It's not exactly the Yellow Brick Road, but a proverbial hop, skip and a jump up the Kennedy Expressway from the wizard of Oz's birthplace lies the origin of a new kind of Oz creation.
More than a century after L. Frank Baum penned "The Wonderful Wizard of Oz" in his Humboldt Park home, a Chicago-based high-tech start-up called Spooky Cool Labs has created a licensed city-building Facebook game, called "The Wizard of Oz," based on the adventures of Dorothy, the Scarecrow, the Cowardly Lion and the rest of Baum's weird, wonderful creations.
It's impeccable timing for Spooky Cool Labs, because Oz is likely to be a hot commodity this year. A prequel to "The Wizard of Oz," titled "Oz: The Great and Powerful," hits theaters March 8. The big-budget animated film "Dorothy of Oz" is set to follow later in 2013. The original 1939 movie starring Judy Garland also is getting a 3-D conversion for its 75th anniversary restoration on Blu-ray sometime in the fall.
It's safe to think Spooky Cool Labs clicked their heels together and wished the deal with Warner Bros. to happen, but chief creative officer Brian Eddy said there was some foresight involved.
"We'd actually been thinking about it before, but once we talked to WB [and] they told us some of the things they had planned, we got more excited," Eddy said. "There's sort of a renaissance of 'The Wizard of Oz' going on right now."
And Chicago's historical ties with Oz? "Well, that's pretty much a coincidence," Eddy said.
The timing of the deal amused the company's marketing director, Bob Holtzman, who already owned a small terrier bred in Kansas he named "Oz" that happens to look like Toto. "It was like a match made in heaven," he said.
Once Spooky Cool Labs obtained the license for Oz, the small developer spent most of two years creating a social city-builder game for Facebook in the style of Zynga's popular "Farmville" or EA's "Sim City Social," but with a healthy dose of a 'Wizard of Oz' touch. The fully 3D virtual world puts players into the ruby slippers of Dorothy just after her house is whisked away from Kansas and lands on the Wicked Witch of the West.
But in this version of Oz, the Yellow Brick Road hasn't been laid yet, meaning you can't immediately take a jaunty stroll to see the wizard.
The goal, then, is to build a city for the tiny denizens of Munchkinland so they eventually will be up to the mighty task of forming the road.
"The Wizard of Oz" game is the first project for Spooky Cool Labs, a startup created in January 2011 and led by CEO Joe Kaminkow and chairman Larry DeMar--two Chicago tech pioneers who first made their names in the arcade, pinball and slot machine world. They helped create the classic arcade video game "Defender" and later founded Data East Pinball, now known as Stern Pinballone of just two companies in the U.S. currently making new pinball machines. After spending time creating popular slot machines like "Wheel of Fortune," they decided to try something different.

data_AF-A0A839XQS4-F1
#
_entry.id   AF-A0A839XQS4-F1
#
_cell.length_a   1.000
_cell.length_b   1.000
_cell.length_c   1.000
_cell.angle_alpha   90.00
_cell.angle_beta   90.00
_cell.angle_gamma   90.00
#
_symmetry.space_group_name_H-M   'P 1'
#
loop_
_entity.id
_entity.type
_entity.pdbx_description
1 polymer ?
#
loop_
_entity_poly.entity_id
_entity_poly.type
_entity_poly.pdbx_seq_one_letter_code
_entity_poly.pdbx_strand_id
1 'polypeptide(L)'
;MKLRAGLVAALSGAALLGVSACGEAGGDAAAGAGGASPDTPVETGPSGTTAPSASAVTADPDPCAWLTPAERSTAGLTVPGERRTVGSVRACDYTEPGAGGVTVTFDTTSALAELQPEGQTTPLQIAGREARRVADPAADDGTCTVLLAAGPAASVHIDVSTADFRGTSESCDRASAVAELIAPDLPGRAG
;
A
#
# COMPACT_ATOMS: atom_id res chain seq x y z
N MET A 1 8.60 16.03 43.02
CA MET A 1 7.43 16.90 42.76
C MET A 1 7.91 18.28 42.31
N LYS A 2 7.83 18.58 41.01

"We were looking at the vast quantity of players on Facebook, and as game designers we hadn't had the opportunity to approach so many players at one time in this massive space," Kaminkow said. "For someone who was used to getting people to play one quarter at a time it was kind of mindblowing."
Since the game went live on Halloween, it has amassed 1.1 million players, but work for the team at Spooky Cool Labs is far from finished. They currently are creating expansion packs, mini-games and additional features to keep players coming back.
Kaminkow is hesistant to call the game a huge success, but says he's proud of all the hard work. "We didn't want a generic game that wouldn't get noticed. And we felt like everything about 'The Wizard of Oz' is iconic and American. In the end, if you're going to build a city, wouldn't you rather build an Emerald one?"
BIG YEAR FOR OZ
Movies, and Blu-rays and pinball machines, oh my! In addition to the Facebook game created by Chicago's Spooky Cool Labs, 2013 is shaping up to be a huge year for Oz.
Ryan Smith is a RedEye special contributor.
- A man of many hats, actor James Franco is wearing an old-fashioned top hat in "Oz: The Great and Powerful," a prequel of sorts to the original "Wizard of Oz" opens March 8.
- "Dorothy of Oz," a CGI-animated film based on the 1989 book of the same name by "Oz" creator L. Frank Baum's great-grandson is set for release later this year. Lea Michele takes a break from "Glee" to voice Dorothy for the film.
- A newly restored, 3-D version of the original 1939 Judy Garland film "The Wizard of Oz" will be out on blu-ray in the fall to celebrate its 75th anniversary.
- Jersey Jack Pinball has released its first pinball machine, "The Emerald City Limited Edition Wizard of Oz Pinball Machine."